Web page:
Year 3

Unit 4 – Singing

Singing is an integral part of the primary school music curriculum. From the early years in kindergarten, students are introduced to singing and to music through nursery rhymes, sung in English and Maltese. In Year 1 – 6, students develop more reading, writing and coordination abilities. Singing aims at developing students musical, vocal and expressive skills as well as their sensitivity and emotional qualities. Singing can also work across the music curriculum in topics such as history of music, musical notation, the playing of the recorder, and those topics related to Maltese music. It can also work across the primary curriculum where together with the class teachers it can be part of cross-curricular projects involving history, science, religion, art, drama as well as the study of English to mention a few.

We have selected songs which can be used for the initial Primary Years 1-3. The selected songs are of course only suggestions which can be used in our mixed ability classes.

The songs are kept within a small range of notes, exploring only very little higher pitches. Good keywords which can be used when teaching singing in the classroom are: gentle, soft, light, don’t force, crisper, faster, take a breath together, look at me, listen to yourself and to others – make sure your tune is like the one of your friend next to you, smile, enjoy it, feel good!

For Year 3 level we suggest Listen to the Water and Il-Farfett. We are grateful to song writer and educator Mary Anne Zammit for her permission to use and include her songs in this unit.

All the singing sessions can be developed and completed in the time-frame of a lesson with successful results achieved almost immediately.

We all have a voice which we use naturally when we speak. From a very young age all children are also taught how to sing. Everyone can sing in his own way!

Songs can speak about something happy or something sad; they can be about our favourite toy or about our best friend. Songs can also have an important message to say.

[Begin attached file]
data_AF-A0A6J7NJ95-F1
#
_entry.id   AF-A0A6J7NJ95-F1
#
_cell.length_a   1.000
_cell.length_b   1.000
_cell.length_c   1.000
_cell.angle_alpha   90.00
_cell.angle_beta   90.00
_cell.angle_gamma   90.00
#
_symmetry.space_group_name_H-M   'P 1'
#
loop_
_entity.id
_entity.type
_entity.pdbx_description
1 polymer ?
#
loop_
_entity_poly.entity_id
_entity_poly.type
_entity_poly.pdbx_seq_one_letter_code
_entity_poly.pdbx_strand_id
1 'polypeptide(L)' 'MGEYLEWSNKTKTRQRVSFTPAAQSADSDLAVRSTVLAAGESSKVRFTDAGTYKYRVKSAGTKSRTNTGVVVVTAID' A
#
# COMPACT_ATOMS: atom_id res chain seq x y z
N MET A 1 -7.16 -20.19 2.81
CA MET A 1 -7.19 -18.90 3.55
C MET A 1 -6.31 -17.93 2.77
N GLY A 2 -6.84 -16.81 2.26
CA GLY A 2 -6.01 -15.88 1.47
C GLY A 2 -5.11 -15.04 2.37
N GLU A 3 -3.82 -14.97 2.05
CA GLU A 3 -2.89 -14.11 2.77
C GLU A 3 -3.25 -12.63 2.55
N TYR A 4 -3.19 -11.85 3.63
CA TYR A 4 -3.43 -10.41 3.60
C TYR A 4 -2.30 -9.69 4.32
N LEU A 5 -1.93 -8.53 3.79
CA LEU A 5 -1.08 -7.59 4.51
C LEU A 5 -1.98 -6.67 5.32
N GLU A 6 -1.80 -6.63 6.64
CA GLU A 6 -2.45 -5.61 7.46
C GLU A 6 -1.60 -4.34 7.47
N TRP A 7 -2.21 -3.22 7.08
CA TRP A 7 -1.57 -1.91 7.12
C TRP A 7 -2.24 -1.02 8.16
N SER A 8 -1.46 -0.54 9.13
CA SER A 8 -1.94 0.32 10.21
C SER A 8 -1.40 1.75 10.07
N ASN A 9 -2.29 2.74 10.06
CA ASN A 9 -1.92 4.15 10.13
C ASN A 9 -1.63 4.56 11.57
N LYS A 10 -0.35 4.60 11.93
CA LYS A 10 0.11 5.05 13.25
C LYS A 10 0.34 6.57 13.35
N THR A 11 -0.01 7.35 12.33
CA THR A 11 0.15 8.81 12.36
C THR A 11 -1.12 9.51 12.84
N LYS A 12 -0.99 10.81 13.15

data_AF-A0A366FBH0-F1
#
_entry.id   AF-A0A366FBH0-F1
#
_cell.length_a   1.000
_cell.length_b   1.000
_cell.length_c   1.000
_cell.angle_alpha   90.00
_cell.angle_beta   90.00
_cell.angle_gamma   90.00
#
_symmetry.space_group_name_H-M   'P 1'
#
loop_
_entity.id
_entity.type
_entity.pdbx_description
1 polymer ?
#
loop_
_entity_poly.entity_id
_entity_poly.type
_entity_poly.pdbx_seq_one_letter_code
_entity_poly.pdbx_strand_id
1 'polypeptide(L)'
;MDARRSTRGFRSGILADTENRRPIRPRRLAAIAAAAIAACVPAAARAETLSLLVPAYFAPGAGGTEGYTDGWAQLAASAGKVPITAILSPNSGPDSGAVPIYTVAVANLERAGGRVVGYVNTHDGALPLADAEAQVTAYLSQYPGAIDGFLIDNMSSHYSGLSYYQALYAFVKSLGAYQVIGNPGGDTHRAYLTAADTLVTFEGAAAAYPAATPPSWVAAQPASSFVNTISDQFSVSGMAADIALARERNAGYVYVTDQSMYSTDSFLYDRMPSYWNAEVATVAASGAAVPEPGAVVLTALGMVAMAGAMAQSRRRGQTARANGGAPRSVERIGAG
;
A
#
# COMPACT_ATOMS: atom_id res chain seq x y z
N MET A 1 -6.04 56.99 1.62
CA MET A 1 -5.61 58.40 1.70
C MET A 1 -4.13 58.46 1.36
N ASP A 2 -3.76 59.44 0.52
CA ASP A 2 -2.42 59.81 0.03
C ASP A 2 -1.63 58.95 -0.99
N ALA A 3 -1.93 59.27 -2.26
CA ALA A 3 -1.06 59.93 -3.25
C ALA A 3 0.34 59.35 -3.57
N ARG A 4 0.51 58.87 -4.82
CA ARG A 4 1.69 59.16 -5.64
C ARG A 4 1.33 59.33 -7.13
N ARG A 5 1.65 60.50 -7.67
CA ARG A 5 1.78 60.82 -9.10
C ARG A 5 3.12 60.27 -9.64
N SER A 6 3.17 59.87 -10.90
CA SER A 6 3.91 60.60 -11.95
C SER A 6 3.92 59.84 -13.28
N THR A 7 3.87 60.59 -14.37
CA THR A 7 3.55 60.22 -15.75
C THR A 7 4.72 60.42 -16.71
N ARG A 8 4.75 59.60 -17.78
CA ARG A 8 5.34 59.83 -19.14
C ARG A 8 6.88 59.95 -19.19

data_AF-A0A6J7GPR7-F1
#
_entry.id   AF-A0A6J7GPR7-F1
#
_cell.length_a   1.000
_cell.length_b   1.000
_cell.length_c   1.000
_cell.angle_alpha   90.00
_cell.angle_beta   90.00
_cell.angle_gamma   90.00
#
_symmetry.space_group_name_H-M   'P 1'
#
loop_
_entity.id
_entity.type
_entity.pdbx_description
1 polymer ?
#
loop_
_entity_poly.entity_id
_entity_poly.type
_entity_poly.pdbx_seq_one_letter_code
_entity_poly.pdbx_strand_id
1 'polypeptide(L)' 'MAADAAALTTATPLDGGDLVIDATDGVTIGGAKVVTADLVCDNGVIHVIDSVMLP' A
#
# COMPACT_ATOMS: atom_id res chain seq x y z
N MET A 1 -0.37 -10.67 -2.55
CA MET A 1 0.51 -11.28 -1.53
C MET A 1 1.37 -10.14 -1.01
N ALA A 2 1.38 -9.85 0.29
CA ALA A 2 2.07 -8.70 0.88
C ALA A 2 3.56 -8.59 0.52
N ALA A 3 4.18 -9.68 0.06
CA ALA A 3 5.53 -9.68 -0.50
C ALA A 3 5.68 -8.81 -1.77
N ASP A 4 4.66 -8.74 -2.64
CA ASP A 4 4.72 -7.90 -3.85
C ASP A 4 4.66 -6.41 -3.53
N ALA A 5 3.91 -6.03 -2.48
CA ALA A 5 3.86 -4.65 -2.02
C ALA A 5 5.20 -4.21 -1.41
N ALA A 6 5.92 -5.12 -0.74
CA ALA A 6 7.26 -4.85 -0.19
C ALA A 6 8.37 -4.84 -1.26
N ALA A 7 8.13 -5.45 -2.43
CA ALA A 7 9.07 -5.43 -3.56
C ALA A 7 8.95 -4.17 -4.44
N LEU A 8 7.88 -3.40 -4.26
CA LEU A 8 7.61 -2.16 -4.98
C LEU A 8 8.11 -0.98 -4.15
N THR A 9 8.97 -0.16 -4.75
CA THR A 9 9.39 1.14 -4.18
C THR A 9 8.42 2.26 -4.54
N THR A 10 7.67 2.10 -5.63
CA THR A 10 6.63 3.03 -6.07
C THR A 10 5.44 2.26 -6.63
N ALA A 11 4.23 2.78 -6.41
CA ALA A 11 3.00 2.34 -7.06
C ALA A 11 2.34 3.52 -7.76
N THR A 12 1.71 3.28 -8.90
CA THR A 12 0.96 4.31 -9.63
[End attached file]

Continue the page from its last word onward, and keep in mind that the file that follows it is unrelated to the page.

On special occasions we sing together, such as when it is someone’s birthday, in a school concert and in church. Remember that we must first learn to listen if we want to sing well!

Listen to your teacher play and sing some small tunes.

  1. Is the melody going up or down?
  2. Is the melody fast or slow?
  3. Is the melody loud or soft?

Try repeating the above tunes again singing them fast and slow, loud and soft.

Activity 1 – Il-Farfett

Now let’s try to sing together this song in Maltese called ‘Il-Farfett’ (The butterfly). The song is about the life of a butterfly. It grew out of a cocoon only to find itself in a glass jar. The butterfly wishes it is free to fly from flower to flower, enjoying the beautiful nature.

Remember the following steps:

  1. Read and understand the words.
  2. Read the words in rhythm together with your teacher.
  3. Listen to the small phrases of the melody and repeat these after your teacher.
Il-Farfett – kor
Il-Farfett – strumentali

Animated video – click here


Activity 2 – Listen to the water

Music evokes a wide range of feelings. It makes us move and express ourselves on some occasions in a happy way, in others, in a sad way. Dancers move their body to a rhythm dictated by the feeling of the music. Sometimes movement is also choreographed (studied) and made to match the music we sing, as in the song we are going to learn today.

Today we are going to listen, sing and dance to a song about the movement of water and animals called ‘Listen to the water’.

Listen to the song and follow the words on the next page. This is a simple South American tune, with few words to read and remember. Remember that it is important to read the words carefully and to be sure we know how to say them and know what they mean if we want to start to sing them properly too!

Slowly follow your teacher’s instructions to learn the piece and to create fun movements for the different animals you will speak about.

Listen to the water – choir
Listen to the water – instrumental